shades, sebastanias, eupatorias, crotons, ægiphilas, and that have folded up their leaves to sleep, stand motionless innumerable other plants, form an impenetrable thicket, beside the dark crowns of the manga, the jaca, and the || amidst which grow immense stems of the silk cotton tree

mes a sudden wind arises, and (bombar), of silver-leaved cecropia, thorny Brazil wood the juiceless leaves of the acaju rustle, the richly flowered tree, of the lecythis, with its singular fruit resembling a grumijama and pitanga let drop a fragrant shower of snow- || pitcher, slender stems of the cabbage-palm, and many white blossoms; the crowns of the majestic palms wave | other, in part still unnamed, sovereigns of the woods. The slowly over the silent roof which they overshade, like a || majestic sight, the repose and silence of these woods, intersymbol of peace and tranquillity. Shrill cries of the cicada, rupted only by the buzz of the gay humming birds flutterthe grasshopper, and tree frog, make an incessant hum, || ing from flower to flower, and by the singular notes of unand produce, by their monotony, a pleasing melancholy. known birds and insects, peculiarly affect the mind of the Astream gen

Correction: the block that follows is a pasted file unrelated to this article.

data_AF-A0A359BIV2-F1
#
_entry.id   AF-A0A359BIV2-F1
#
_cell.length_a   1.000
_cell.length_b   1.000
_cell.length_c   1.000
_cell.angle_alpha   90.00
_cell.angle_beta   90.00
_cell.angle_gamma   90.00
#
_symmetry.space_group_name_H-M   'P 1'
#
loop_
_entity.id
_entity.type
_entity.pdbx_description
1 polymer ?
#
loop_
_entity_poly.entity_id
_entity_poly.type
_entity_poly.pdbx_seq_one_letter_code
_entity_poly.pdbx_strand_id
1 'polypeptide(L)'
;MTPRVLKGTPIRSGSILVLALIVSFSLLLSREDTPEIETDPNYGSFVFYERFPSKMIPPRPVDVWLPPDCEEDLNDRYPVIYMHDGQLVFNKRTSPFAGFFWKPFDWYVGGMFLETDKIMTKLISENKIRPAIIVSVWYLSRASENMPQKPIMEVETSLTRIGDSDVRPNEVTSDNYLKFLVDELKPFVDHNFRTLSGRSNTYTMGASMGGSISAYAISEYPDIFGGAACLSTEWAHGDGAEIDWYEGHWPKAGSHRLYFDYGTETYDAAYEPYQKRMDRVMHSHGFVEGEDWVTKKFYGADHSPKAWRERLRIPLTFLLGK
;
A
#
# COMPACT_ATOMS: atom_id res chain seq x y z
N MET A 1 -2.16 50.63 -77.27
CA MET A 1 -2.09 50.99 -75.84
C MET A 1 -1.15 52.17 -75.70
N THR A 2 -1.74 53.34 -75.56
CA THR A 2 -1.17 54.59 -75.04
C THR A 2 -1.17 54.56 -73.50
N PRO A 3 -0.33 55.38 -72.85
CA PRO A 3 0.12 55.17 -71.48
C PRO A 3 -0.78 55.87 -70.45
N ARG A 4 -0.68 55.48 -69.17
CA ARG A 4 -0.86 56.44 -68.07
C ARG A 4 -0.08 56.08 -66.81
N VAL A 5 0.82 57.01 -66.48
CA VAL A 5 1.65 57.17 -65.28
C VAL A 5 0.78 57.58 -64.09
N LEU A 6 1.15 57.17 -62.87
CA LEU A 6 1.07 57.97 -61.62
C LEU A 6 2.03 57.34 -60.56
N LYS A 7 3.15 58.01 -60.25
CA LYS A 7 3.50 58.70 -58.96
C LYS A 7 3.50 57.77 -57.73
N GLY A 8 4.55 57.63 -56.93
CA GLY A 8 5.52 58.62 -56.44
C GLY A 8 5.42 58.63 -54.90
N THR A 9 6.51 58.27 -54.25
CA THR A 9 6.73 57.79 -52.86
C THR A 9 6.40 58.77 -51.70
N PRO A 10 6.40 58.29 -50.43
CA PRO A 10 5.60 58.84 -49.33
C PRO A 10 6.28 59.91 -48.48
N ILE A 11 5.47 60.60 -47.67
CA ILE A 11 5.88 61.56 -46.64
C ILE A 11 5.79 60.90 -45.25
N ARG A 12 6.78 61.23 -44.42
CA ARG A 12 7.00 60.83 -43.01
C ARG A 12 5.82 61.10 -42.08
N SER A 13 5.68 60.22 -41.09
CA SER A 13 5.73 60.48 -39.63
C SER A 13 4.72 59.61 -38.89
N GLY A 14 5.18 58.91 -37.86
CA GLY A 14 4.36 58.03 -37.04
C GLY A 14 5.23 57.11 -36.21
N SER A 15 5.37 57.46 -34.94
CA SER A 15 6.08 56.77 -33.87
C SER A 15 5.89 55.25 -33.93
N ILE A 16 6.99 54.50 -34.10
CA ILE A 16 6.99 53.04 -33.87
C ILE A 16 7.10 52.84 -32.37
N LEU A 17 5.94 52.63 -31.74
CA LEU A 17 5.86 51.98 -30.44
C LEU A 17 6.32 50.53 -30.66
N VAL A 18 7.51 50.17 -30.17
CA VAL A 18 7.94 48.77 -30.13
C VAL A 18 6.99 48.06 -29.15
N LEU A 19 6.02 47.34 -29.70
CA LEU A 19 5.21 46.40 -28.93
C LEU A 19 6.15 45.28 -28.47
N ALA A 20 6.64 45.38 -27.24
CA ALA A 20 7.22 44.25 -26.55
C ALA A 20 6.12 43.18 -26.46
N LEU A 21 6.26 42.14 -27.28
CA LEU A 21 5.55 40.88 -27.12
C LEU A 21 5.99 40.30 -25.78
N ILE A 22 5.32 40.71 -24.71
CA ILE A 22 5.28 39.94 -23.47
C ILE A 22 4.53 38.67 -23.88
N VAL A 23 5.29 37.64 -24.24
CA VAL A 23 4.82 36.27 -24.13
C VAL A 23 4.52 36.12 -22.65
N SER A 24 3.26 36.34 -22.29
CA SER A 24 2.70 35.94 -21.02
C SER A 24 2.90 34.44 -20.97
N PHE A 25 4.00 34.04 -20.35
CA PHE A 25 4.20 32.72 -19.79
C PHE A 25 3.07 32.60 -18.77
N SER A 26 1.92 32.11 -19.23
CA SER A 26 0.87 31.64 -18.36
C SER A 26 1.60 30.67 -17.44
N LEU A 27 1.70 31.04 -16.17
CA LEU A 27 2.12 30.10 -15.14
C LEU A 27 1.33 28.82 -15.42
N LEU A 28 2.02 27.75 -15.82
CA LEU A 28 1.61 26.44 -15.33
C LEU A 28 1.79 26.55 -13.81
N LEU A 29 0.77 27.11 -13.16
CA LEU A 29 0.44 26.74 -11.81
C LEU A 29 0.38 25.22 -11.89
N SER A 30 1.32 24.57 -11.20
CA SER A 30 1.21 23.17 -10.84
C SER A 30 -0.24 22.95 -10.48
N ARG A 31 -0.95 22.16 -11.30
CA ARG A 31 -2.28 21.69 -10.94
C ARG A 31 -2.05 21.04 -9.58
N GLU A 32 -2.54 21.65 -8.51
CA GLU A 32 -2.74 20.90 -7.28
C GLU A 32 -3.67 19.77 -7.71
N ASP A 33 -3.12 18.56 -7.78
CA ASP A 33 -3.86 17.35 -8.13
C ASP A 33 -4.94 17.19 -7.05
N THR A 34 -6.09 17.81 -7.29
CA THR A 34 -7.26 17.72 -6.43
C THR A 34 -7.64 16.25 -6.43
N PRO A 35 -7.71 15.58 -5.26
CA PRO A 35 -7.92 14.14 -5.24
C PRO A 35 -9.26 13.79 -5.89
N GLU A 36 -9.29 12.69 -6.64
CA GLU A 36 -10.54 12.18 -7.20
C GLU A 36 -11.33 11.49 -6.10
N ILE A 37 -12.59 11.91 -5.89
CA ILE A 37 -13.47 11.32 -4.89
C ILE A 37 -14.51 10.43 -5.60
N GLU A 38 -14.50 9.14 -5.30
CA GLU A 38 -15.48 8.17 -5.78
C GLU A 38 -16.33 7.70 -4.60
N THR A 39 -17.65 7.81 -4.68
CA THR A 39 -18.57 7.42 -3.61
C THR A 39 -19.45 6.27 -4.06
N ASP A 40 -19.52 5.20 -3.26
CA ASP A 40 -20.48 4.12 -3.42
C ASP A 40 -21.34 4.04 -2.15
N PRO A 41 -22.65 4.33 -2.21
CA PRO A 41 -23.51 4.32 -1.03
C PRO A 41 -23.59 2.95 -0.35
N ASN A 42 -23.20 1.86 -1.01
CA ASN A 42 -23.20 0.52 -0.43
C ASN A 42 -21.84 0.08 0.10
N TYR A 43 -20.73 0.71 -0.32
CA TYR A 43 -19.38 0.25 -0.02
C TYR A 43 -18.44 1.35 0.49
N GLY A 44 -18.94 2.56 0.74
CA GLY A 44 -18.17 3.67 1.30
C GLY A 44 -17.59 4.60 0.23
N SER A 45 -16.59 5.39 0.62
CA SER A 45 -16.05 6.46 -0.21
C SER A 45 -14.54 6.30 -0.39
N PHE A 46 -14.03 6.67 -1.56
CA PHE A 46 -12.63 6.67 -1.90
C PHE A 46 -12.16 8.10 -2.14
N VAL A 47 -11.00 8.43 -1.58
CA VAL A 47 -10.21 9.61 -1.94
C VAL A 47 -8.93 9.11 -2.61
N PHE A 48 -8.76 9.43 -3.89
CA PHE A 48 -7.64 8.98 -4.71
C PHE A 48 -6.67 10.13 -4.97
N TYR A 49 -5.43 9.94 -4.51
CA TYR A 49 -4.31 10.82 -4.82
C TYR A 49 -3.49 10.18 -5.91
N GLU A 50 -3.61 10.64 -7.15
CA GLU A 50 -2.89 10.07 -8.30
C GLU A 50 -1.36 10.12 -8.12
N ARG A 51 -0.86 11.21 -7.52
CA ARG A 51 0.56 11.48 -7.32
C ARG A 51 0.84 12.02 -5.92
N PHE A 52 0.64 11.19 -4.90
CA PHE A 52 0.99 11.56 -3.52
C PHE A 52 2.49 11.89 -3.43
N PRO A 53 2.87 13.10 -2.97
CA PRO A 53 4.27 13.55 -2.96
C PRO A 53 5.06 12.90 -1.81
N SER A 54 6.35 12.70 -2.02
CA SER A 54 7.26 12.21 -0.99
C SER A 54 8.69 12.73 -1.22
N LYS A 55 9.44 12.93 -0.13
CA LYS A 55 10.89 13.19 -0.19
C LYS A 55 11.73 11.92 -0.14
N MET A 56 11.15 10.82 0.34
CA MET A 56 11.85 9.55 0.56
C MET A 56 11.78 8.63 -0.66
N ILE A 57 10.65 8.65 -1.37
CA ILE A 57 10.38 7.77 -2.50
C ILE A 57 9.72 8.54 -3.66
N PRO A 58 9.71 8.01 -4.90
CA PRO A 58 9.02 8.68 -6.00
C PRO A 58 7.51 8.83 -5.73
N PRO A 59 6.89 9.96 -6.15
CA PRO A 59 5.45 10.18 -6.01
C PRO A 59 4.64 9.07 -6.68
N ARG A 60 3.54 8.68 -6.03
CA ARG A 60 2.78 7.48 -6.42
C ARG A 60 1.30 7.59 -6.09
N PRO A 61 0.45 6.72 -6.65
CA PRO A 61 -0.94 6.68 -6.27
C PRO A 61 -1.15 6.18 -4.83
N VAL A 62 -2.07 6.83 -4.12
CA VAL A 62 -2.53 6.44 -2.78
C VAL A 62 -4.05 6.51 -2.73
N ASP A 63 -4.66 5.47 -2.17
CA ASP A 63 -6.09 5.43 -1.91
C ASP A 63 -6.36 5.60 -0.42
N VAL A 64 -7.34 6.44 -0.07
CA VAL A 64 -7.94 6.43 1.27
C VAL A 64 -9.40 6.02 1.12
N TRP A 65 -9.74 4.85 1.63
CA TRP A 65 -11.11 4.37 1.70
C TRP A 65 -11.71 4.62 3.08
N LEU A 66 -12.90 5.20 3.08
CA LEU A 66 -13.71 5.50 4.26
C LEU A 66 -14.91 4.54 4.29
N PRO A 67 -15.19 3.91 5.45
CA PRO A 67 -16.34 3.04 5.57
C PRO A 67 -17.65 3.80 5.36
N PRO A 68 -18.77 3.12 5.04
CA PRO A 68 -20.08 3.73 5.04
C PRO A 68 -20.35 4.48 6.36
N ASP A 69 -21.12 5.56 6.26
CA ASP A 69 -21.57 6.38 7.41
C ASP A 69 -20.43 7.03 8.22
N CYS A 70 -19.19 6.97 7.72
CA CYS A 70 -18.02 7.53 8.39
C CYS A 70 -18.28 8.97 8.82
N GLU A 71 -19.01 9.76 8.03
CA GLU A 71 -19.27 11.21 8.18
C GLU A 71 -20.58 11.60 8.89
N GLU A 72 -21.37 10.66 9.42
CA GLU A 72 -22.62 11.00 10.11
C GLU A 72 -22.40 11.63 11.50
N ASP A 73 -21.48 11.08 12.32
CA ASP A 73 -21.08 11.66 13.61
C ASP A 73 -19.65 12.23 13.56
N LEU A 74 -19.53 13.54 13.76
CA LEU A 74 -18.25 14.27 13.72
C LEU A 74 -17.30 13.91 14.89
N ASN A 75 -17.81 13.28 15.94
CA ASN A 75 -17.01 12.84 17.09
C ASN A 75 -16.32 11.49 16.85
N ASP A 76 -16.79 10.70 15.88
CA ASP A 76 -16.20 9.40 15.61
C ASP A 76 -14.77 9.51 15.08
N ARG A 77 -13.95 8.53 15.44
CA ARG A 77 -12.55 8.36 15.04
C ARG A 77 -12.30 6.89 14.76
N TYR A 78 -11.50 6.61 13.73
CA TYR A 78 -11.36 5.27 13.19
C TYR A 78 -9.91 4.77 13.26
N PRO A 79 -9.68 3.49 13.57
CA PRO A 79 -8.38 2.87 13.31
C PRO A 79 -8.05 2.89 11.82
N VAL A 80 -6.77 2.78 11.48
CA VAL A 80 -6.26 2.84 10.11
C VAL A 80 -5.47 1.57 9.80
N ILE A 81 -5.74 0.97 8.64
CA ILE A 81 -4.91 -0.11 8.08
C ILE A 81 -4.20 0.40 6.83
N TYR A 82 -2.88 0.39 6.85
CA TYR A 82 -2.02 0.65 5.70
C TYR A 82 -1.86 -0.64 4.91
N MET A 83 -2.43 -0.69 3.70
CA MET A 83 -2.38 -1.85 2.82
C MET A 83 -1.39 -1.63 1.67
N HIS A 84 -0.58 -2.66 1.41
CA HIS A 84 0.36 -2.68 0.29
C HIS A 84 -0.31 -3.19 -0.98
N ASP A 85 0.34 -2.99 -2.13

s from the mountains, ll man of sensibility, who feels himself as it were regenerated and the macuc, with its almost human voice, seems to call in the prospect of the glorious country.for help from a distance. Every quarter of an hour diflerent balsamic odours fill the air, and other flowers alter From Rio de Janeiro they proceeded to San Paulo. nately unfold their leaves to the night, and almost over

| The route was difficult enough in the performance, but power the senses with their perfume; now it is the bowers of paullinias, or the neighbouring orange grove, then the

the authors have made it very pleasant in the descrip thick tufts of the eupatoria, or the bunches of the flowers tion. They appear to have been on almost every subof the palms suddenly bursting, which disclose their blos ject very observant and sagacious, and have happily soms, and thus maintain a constant succession of fragrance.